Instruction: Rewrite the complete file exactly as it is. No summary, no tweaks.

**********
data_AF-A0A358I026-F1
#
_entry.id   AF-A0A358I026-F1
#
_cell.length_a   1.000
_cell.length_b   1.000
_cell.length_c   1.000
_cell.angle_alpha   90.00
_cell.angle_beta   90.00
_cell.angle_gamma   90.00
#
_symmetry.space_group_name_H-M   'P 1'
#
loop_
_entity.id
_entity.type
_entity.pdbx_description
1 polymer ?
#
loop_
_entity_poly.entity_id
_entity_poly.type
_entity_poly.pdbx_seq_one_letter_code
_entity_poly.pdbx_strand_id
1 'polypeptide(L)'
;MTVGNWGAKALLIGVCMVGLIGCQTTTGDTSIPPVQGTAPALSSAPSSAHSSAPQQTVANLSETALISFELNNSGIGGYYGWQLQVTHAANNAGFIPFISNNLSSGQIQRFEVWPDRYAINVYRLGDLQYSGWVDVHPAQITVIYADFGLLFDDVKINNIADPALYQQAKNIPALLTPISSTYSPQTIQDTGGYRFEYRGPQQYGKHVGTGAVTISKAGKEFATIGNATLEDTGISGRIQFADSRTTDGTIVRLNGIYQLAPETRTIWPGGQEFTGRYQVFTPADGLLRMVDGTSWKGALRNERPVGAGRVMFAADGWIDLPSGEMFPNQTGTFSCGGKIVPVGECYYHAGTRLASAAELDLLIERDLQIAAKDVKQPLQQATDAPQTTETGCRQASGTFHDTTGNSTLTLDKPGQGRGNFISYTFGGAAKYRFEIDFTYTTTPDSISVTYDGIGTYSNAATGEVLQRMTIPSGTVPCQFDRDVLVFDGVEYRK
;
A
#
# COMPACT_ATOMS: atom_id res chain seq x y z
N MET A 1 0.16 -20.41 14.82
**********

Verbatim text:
data_AF-A0A358I026-F1
#
_entry.id   AF-A0A358I026-F1
#
_cell.length_a   1.000
_cell.length_b   1.000
_cell.length_c   1.000
_cell.angle_alpha   90.00
_cell.angle_beta   90.00
_cell.angle_gamma   90.00
#
_symmetry.space_group_name_H-M   'P 1'
#
loop_
_entity.id
_entity.type
_entity.pdbx_description
1 polymer ?
#
loop_
_entity_poly.entity_id
_entity_poly.type
_entity_poly.pdbx_seq_one_letter_code
_entity_poly.pdbx_strand_id
1 'polypeptide(L)'
;MTVGNWGAKALLIGVCMVGLIGCQTTTGDTSIPPVQGTAPALSSAPSSAHSSAPQQTVANLSETALISFELNNSGIGGYYGWQLQVTHAANNAGFIPFISNNLSSGQIQRFEVWPDRYAINVYRLGDLQYSGWVDVHPAQITVIYADFGLLFDDVKINNIADPALYQQAKNIPALLTPISSTYSPQTIQDTGGYRFEYRGPQQYGKHVGTGAVTISKAGKEFATIGNATLEDTGISGRIQFADSRTTDGTIVRLNGIYQLAPETRTIWPGGQEFTGRYQVFTPADGLLRMVDGTSWKGALRNERPVGAGRVMFAADGWIDLPSGEMFPNQTGTFSCGGKIVPVGECYYHAGTRLASAAELDLLIERDLQIAAKDVKQPLQQATDAPQTTETGCRQASGTFHDTTGNSTLTLDKPGQGRGNFISYTFGGAAKYRFEIDFTYTTTPDSISVTYDGIGTYSNAATGEVLQRMTIPSGTVPCQFDRDVLVFDGVEYRK
;
A
#
# COMPACT_ATOMS: atom_id res chain seq x y z
N MET A 1 0.16 -20.41 14.82